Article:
However, far from being solely a comprehensive historical survey, this chapter’s purpose is twofold: (1) to describe the historical breakthroughs that originally launched MW-based science and (2) to highlight a series of instrumental developments in MW chemistry. In doing so, there will be inevitable omissions, especially in the applied domain, which will be covered by other contributors throughout this book. Emphasis is placed on seminal findings and conceptual toeholds whose significance was often only unveiled in retrospect. We feel that these subjects should be of interest to younger readers and experienced MW practitioners alike. As is often the case in science, we will see that while many breakthroughs in MW science and technology came about thanks to chance, all have been invariably driven by curiosity.

1.2How it all began

MW radiation does not lie in the most energetic zone of the electromagnetic spectrum. It falls between radio frequencies and infrared (IR) radiation, at frequencies of between around 300 MHz (0.3 GHz) and 300 GHz, while most commercial devices operate at a standard 2.45 GHz. The corresponding wavelengths (between 1 m and 1 cm), clearly indicate that MWs and matter do not interact at either the atomic or molecular levels. The existence of electromagnetic waves was a prediction forged from Maxwell’s equations, formulated in 1873, although experimental verification was not accomplished until much later, in the 1880s, by Heinrich Hertz, who was able to produce and detect MWs (ca. 1 GHz) using a rudimentary generator [1]. For a few decades, up until the invention of radio transmitters, these so-called shortwaves were little more than an academic curiosity, even if their salient properties, such as heating, were immediately noticeable [2]. Figure 1.1 summarizes these physical properties.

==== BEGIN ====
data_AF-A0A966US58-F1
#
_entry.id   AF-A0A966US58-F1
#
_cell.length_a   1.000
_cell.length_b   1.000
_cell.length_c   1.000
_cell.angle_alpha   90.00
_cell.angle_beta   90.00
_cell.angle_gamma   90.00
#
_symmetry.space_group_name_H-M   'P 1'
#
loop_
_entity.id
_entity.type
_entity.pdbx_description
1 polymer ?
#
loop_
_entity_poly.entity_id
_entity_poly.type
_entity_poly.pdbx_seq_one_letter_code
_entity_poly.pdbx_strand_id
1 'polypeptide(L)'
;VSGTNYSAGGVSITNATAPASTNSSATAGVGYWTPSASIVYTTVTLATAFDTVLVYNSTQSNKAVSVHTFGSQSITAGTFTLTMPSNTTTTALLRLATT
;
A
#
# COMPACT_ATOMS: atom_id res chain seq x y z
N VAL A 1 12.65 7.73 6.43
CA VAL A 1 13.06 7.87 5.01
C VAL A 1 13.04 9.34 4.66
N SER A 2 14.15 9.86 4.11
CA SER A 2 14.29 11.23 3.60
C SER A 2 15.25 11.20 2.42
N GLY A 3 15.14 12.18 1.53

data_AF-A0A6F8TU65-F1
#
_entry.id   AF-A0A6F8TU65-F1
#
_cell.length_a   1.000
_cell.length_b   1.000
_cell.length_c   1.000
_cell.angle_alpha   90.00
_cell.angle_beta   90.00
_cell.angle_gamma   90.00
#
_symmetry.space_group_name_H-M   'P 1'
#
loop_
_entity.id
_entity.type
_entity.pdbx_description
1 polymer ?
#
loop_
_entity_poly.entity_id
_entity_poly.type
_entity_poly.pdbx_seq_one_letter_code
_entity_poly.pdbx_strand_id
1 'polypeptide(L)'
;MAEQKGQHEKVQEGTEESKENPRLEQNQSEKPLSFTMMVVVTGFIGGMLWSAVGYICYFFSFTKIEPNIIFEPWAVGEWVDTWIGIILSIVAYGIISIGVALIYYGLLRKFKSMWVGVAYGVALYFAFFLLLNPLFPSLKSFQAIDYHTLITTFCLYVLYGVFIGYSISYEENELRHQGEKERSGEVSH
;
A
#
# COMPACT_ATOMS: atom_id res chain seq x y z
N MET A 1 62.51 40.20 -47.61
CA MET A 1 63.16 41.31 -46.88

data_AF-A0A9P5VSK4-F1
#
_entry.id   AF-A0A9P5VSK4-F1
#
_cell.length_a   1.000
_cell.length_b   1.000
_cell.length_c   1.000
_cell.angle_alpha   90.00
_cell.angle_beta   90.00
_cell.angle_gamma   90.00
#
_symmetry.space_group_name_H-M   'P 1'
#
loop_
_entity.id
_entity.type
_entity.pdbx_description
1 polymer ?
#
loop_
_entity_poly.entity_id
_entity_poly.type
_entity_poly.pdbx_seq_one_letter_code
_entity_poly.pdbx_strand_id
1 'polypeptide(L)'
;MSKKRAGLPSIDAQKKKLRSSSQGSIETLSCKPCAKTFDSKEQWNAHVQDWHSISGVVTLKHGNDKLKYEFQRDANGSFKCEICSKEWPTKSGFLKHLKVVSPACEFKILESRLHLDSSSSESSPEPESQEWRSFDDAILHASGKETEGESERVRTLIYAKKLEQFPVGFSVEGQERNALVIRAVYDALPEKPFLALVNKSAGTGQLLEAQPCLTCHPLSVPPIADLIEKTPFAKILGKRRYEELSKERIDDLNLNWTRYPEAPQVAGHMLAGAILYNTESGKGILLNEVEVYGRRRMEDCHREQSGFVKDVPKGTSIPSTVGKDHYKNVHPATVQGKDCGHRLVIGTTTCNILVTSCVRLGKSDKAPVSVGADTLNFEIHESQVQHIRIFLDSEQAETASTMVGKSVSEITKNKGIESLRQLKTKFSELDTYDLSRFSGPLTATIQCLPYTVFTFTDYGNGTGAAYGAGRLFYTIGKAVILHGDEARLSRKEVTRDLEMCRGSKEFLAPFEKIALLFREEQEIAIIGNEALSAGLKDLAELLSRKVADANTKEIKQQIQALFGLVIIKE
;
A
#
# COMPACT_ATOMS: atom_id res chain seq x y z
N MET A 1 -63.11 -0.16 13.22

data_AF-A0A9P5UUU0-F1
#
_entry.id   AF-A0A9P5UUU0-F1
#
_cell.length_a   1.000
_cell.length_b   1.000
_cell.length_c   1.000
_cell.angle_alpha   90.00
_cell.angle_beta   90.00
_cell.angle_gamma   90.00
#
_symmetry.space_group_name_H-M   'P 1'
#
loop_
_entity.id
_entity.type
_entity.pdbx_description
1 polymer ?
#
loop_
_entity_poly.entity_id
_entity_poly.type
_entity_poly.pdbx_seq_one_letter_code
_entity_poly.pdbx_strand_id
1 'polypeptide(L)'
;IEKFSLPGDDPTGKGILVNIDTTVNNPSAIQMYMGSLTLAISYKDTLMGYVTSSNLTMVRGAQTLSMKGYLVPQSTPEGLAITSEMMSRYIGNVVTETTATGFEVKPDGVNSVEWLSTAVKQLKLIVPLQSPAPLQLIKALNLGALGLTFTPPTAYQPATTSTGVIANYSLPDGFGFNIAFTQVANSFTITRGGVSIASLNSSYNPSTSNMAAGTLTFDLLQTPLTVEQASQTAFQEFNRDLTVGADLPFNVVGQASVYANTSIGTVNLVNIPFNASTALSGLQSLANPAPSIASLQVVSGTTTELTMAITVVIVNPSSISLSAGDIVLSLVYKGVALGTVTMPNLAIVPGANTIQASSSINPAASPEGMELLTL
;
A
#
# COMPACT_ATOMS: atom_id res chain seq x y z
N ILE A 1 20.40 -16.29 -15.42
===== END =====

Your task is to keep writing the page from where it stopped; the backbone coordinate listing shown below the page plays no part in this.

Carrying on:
Fig. 1.1: Physical properties of MW radiation.
The use of high-frequency radio waves to heat substances, and particularly for cooking, dates back to the 1920s and can be traced to the invention of vacuum tube radio transmitters. However, a curious note appeared in an American magazine for radio experimenters entitled “Cooking by ultra short waves” as early as 1933 [3]. The single-column note contained the following statement:
“Food can be cooked by means of the ultra short wave radio transmitter. The food is heated by internally passing high frequency current through it. This is probably the only basic advance in the art of preparing food for human consumption since cavemen, thousands of years ago, first burned meat over a fire and heated vegetables in crude vessels of boiling water.